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Conclusion

Well, I want to tell you everything, but I sure don’t have a lot to go on. But I’ll do the best I can to construct the most likely narrative:

Phillip Jeffries is an FBI agent, working closely with Gordon Cole, and possibly also with Major Garland Briggs. He takes on a “Blue Rose” case, which, most likely, marks the case as involving the supernatural. In keeping with the recurring motif in Twin Peaks, we might presume there was the murder of a young woman involved. Jeffries goes to Seattle to investigate and meets Judy, who is a person of interest in the case. He and Judy become romantically entangled, to the disapproval of Jeffries’ peers. He meets her at her house, and she shows him the Owl Ring and possibly gives it to him. He sleeps over that night and (“I found something… in Seattle, at Judy’s.”) has a dream, caused by the Owl Ring. In this dream, he sees Dugpas, and follows them to a meeting in a room above a convenience store. Upon waking, he discovers that he now phases through dimensions in a burst of flame, something which he has no control over. In order to help him, he and Judy investigate the ring and the Dugpas, an investigation that takes Jeffries away from his previous assignment in Seattle, and causes him to go off the radar for two years. This leads them to Buenos Aires, where they believe there is another opening to the Black Lodge. They plan to meet up at the hotel, but when Jeffries arrives, Judy is gone, and she left a note. He then disappears from the hotel, enters the Black Lodge, and re-emerges in Philadelphia, where he attempts to warn Cole of the horrors he has discovered before disappearing again in a burst of flames and reappearing in Buenos Aires.

There are still many loose threads and exact details missing, like the involvement of Windom Earle, who was allegedly in Buenos Aires with Jeffries and Judy, and the bizarre security camera phenomenon, but I believe my proposed scenario fits in well with the overarching story and helps explain some of the non sequitors that proliferate this scene. For sure, there are still more mysteries to be uncovered, and hopefully we will learn some of the answers when Twin Peaks returns this May.

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The Mysteries of Love: The Transformative Nature of Sex in Lynchian Cinema

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Written by Eden H. Roquelaire for Twin Peaks Freaks.

Disclaimer: Contains spoilers for Eraserhead, Blue Velvet, Mulholland Drive and Inland Empire. Also, while not graphic, this article does deal with mature themes revolving around sex, so read at your own discretion.

Anyone who has seen David Lynch’s movies knows that sex has a potent presence in each one. Sometimes, it takes the form of beautiful love scenes; other times they are grotesque and debased, but they always have a purpose. Mulholland Drive, Inland Empire, and Eraserhead all use sex during vital transformative scenes, and The Diary of Laura Palmer draws a distinct line between Laura’s sexuality and BOB’s arrival. In this article, I will analyze the use of sex and sexual imagery in each of Lynch’s films, and uncover some of the secrets behind the Mysteries of Love.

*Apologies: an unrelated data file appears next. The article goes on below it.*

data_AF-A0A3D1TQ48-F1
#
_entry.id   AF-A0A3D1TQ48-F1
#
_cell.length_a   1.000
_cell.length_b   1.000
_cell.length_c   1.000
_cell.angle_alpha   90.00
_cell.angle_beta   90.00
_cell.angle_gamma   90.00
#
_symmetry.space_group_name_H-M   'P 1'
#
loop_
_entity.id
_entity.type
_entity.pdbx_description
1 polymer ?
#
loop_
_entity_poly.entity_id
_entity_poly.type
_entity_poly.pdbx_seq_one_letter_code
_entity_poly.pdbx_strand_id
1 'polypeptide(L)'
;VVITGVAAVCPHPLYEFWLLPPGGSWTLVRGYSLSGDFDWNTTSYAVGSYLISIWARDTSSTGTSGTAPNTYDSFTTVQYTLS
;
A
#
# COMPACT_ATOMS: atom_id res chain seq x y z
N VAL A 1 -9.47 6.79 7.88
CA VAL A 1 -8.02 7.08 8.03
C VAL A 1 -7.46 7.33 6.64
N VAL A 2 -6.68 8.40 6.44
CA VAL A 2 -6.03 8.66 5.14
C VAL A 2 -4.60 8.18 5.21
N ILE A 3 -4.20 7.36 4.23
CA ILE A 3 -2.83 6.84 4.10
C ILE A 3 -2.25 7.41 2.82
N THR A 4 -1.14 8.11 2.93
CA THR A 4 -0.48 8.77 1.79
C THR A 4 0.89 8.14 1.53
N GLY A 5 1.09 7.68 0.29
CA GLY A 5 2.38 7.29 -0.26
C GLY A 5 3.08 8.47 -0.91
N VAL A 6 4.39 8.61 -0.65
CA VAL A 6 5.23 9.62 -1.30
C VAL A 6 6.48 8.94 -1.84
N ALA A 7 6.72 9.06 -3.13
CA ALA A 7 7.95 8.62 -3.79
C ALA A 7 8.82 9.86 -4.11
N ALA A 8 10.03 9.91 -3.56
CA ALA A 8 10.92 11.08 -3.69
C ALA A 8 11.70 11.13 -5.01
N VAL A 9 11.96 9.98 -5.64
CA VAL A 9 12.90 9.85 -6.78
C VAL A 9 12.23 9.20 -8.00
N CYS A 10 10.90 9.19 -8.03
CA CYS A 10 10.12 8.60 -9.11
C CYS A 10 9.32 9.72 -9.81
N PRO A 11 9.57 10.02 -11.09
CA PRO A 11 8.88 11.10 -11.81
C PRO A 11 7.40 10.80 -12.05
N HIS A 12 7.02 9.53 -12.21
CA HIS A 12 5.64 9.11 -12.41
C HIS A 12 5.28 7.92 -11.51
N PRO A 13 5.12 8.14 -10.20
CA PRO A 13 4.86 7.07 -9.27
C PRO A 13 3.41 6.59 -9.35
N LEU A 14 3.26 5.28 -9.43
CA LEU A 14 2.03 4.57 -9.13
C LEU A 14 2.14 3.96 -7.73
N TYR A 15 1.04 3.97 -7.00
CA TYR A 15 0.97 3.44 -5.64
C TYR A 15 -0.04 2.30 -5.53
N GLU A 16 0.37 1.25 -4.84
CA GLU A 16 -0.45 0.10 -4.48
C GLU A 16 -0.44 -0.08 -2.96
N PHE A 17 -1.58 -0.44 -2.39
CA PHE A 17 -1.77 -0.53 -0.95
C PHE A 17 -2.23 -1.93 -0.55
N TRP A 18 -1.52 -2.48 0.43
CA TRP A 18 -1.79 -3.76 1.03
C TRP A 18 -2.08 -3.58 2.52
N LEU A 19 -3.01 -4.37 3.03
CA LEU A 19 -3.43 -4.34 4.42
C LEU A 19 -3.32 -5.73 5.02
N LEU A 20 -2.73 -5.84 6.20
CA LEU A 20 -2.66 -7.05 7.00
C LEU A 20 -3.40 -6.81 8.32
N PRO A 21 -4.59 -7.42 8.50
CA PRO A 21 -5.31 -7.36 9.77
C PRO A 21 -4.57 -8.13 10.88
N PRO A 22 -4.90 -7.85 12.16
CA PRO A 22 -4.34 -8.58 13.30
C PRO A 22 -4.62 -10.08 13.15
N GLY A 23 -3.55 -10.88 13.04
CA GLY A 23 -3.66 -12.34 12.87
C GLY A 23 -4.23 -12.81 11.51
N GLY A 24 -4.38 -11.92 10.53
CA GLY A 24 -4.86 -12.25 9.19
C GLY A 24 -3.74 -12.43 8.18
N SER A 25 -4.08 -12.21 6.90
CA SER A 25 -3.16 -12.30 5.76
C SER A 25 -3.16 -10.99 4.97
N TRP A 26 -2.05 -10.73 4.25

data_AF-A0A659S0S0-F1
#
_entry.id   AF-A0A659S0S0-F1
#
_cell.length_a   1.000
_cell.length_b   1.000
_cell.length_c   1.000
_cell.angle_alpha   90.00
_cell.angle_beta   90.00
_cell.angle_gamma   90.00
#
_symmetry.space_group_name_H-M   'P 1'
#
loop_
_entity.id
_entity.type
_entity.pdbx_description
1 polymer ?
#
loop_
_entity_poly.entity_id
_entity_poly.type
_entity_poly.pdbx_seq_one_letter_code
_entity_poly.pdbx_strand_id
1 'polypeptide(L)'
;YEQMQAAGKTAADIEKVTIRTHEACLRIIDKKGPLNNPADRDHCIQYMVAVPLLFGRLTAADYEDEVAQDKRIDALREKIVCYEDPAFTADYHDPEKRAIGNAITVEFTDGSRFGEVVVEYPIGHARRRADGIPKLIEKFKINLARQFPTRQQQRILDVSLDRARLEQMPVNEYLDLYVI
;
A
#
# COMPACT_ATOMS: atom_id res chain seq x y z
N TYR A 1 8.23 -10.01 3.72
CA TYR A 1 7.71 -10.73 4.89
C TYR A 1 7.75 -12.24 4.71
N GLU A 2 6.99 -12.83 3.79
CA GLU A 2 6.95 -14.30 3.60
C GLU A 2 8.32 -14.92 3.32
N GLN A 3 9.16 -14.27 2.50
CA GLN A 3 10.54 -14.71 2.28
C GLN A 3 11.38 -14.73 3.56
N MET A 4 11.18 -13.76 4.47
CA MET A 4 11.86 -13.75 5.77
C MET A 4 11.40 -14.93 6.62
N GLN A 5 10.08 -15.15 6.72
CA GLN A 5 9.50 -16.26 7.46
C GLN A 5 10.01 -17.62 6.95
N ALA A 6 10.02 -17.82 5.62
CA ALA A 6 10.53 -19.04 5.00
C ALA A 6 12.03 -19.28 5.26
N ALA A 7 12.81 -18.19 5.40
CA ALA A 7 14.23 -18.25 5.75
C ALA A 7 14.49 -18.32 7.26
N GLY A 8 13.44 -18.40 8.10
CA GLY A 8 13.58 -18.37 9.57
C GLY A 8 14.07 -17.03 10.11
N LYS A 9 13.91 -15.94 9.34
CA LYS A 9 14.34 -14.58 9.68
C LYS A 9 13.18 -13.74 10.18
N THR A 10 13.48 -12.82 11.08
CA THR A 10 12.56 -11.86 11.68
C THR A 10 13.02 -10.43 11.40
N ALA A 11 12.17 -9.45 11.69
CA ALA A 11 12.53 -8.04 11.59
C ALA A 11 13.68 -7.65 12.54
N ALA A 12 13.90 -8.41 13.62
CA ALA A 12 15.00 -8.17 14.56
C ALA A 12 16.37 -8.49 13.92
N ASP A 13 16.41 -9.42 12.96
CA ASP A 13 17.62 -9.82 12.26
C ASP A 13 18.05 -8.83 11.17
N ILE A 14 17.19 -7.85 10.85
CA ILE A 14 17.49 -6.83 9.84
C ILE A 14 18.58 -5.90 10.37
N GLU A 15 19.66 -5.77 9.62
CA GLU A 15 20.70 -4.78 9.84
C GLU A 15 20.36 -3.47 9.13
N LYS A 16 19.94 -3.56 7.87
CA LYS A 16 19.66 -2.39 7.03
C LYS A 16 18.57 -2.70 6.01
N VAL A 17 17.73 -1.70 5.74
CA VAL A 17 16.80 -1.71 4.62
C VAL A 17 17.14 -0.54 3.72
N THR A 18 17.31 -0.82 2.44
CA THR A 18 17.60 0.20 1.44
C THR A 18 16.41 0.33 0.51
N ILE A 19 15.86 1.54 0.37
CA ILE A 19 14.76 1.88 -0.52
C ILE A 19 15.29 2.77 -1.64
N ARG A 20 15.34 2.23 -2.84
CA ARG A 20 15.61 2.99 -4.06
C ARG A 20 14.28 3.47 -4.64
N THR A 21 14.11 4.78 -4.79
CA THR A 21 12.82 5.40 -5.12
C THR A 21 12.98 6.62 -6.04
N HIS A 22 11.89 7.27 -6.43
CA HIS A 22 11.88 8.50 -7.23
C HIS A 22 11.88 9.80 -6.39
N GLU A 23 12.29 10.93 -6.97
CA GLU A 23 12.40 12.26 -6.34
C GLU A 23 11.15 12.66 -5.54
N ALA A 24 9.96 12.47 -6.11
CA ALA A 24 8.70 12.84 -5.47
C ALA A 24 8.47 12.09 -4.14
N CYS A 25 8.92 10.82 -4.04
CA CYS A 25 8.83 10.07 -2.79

Note: I will be excluding Lost Highway and Wild At Heart from this article, as those films, I feel, require very specific and individual analysis.

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One of the oldest forms of ritual is sex: In ancient Babylon, temples dedicated to the Goddess Ishtar employed “sacred prostitutes,” who were priestesses who doubled as sex workers, and often used sex as part of their religious rituals. These women would serve as representations of the Goddess when a new King was crowned, so that he might be wed to her and receive her divine blessing. Mother Goddesses, such as Ishtar/Inanna, were usually fertility Goddesses, presiding over sex and reproduction, so it only makes sense for the worship of such deities to be sexual in nature.

Aleister Crowley, who was recently mentioned in Mark Frost’s tie-in novel The Secret History of Twin Peaks, made sexuality a large part of his doctrines and rituals, in which the energy released during copulation is used to give power to whatever spell is being cast. Nontheistic Satanist Anton LaVey, founder of the Church of Satan, placed sex in high importance in his ideology. LaVey believed that discovery of one’s sexuality, and having full control over one’s sexual power and identity (whatever it may be) was the key to having agency over one’s life, and, ultimately, finding fulfillment and success. He believed that sex and ritual was one of the most powerful ways to affect an individual’s psychology and direct energy. Sex is a powerful force, easily able to raise emotional energy, which can then be utilized through ritual.

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Sex in the Lynchian Universe is used in a similar way: It commonly heralds a moment of profound transformation, where either two characters become merged, or a character moves into a strange, alternate dimension.

Throughout the first half of Mulholland Drive, it is clear that Betty and Rita are slowly merging into one being, but it is only after they make love that they become virtually indistinguishable. After they merge, Betty and Rita are able to enter the otherworldly Club Silencio and receive the answers to the mystery. In Eraserhead, a sex scene between Henry and the neighbor immediately precedes a disjointed dream sequence; a so-called “down the rabbit hole” moment. We see the couple sinking into a smoking pit of milk, and disappearing into another world. This relates to Henry’s desire for escape from the nightmare of his life.